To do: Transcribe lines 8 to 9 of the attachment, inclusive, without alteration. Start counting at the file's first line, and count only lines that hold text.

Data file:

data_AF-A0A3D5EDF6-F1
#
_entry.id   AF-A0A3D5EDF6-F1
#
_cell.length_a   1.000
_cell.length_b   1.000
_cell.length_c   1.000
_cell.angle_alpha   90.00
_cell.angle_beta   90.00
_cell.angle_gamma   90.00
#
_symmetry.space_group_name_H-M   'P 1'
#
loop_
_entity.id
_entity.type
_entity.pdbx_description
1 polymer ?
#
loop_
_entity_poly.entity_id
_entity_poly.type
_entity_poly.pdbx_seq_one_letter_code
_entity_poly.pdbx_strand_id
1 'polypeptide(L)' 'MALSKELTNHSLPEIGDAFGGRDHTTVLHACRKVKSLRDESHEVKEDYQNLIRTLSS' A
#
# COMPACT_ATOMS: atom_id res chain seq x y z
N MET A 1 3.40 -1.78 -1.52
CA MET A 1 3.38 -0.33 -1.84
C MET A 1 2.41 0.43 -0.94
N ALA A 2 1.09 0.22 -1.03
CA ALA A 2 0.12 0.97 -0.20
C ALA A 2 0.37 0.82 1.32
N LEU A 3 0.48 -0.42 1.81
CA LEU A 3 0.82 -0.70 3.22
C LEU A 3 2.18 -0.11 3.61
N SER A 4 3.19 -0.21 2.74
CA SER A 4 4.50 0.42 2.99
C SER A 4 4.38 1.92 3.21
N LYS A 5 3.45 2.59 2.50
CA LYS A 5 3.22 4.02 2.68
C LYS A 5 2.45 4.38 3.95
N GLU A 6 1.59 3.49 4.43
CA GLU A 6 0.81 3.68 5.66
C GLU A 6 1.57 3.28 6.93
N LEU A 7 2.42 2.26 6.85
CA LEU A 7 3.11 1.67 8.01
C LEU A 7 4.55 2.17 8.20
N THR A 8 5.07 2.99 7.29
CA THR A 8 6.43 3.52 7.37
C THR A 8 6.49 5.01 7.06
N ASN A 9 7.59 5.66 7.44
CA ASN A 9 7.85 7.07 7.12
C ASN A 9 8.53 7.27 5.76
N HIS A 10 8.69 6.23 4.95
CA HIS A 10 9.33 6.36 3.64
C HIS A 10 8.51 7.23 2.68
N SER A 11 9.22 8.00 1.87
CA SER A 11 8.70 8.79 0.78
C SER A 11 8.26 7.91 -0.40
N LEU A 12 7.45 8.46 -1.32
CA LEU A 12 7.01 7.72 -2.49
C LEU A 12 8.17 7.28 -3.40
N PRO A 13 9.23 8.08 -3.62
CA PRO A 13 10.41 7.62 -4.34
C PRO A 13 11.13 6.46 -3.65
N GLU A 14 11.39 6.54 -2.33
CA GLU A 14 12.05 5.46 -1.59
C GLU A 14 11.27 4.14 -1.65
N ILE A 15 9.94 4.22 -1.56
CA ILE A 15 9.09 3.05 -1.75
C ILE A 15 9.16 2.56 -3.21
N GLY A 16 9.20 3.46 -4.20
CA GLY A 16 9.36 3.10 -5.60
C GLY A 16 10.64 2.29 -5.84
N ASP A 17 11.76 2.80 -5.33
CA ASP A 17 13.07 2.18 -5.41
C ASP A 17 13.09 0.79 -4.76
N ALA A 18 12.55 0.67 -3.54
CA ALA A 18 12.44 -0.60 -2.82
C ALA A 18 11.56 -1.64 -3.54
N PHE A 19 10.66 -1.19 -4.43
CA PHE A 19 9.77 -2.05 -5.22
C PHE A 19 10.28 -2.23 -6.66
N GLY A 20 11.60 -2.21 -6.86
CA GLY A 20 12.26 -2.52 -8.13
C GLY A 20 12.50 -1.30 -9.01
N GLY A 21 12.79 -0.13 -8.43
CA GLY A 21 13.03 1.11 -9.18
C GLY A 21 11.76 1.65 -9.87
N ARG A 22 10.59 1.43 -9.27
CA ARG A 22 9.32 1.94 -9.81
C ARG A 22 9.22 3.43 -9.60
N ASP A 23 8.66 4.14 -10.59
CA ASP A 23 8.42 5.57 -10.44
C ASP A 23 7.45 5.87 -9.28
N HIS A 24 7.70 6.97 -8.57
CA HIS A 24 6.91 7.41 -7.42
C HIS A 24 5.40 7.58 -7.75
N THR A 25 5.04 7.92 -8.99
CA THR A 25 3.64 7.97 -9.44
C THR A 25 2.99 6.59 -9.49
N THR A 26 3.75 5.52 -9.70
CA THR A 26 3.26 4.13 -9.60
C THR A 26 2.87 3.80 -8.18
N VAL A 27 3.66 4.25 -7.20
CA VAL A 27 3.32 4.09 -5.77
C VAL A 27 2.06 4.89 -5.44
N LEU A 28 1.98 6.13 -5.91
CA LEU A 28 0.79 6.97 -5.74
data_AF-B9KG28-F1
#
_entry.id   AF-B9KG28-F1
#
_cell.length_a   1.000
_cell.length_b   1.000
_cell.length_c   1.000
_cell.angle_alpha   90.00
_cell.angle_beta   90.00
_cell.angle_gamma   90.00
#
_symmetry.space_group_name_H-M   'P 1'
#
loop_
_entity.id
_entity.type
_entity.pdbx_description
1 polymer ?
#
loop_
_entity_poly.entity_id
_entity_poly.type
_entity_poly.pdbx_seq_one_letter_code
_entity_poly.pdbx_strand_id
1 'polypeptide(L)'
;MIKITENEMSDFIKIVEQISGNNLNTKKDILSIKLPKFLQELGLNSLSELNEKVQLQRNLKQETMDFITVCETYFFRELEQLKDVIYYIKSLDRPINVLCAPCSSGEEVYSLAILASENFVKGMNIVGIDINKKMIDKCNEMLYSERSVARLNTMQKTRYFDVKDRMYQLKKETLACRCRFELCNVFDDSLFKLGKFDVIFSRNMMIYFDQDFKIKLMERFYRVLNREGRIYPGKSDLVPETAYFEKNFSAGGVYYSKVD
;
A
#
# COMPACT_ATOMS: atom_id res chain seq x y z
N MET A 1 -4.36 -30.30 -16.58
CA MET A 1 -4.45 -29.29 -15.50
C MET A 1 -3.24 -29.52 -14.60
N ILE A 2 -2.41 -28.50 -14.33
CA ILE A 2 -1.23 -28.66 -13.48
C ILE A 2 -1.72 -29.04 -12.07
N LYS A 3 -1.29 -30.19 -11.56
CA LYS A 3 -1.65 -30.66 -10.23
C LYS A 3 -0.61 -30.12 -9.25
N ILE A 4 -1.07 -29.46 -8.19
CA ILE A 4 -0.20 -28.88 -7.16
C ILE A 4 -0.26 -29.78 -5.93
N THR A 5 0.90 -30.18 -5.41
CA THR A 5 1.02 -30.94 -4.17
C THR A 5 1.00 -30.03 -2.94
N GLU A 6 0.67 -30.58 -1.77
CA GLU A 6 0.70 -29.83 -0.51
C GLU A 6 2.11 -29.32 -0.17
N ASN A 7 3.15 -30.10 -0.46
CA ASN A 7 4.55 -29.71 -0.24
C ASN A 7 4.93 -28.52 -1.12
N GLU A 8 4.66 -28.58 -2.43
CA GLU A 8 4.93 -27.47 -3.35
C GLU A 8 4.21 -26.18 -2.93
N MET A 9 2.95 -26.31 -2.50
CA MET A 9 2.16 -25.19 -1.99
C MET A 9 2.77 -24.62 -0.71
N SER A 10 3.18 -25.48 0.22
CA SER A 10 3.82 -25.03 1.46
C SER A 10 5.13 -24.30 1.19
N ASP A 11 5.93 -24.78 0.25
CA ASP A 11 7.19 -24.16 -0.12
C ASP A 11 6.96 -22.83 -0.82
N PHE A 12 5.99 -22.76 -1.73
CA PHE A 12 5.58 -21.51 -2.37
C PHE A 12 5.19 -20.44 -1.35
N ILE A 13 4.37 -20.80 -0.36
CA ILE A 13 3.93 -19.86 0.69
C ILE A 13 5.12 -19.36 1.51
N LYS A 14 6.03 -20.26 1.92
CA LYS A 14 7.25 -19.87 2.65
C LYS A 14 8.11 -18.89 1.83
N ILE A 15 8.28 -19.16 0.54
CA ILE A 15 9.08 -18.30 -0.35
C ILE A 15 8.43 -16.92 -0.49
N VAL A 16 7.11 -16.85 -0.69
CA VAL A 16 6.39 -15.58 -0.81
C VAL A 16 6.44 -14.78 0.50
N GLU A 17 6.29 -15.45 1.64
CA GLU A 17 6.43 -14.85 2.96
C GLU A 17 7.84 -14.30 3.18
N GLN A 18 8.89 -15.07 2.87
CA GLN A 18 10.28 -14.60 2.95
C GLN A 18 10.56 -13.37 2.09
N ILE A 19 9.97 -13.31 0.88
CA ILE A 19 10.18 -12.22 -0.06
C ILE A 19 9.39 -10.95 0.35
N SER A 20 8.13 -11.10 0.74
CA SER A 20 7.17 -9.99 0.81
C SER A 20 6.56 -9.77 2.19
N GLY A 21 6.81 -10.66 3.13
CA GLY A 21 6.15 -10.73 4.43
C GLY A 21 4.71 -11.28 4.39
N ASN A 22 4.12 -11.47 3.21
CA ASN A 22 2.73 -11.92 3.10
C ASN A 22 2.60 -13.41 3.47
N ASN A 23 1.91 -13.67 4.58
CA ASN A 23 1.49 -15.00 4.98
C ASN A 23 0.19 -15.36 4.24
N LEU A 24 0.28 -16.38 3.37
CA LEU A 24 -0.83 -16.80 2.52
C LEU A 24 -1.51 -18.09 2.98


_cell.angle_alpha   90.00
_cell.angle_beta   90.00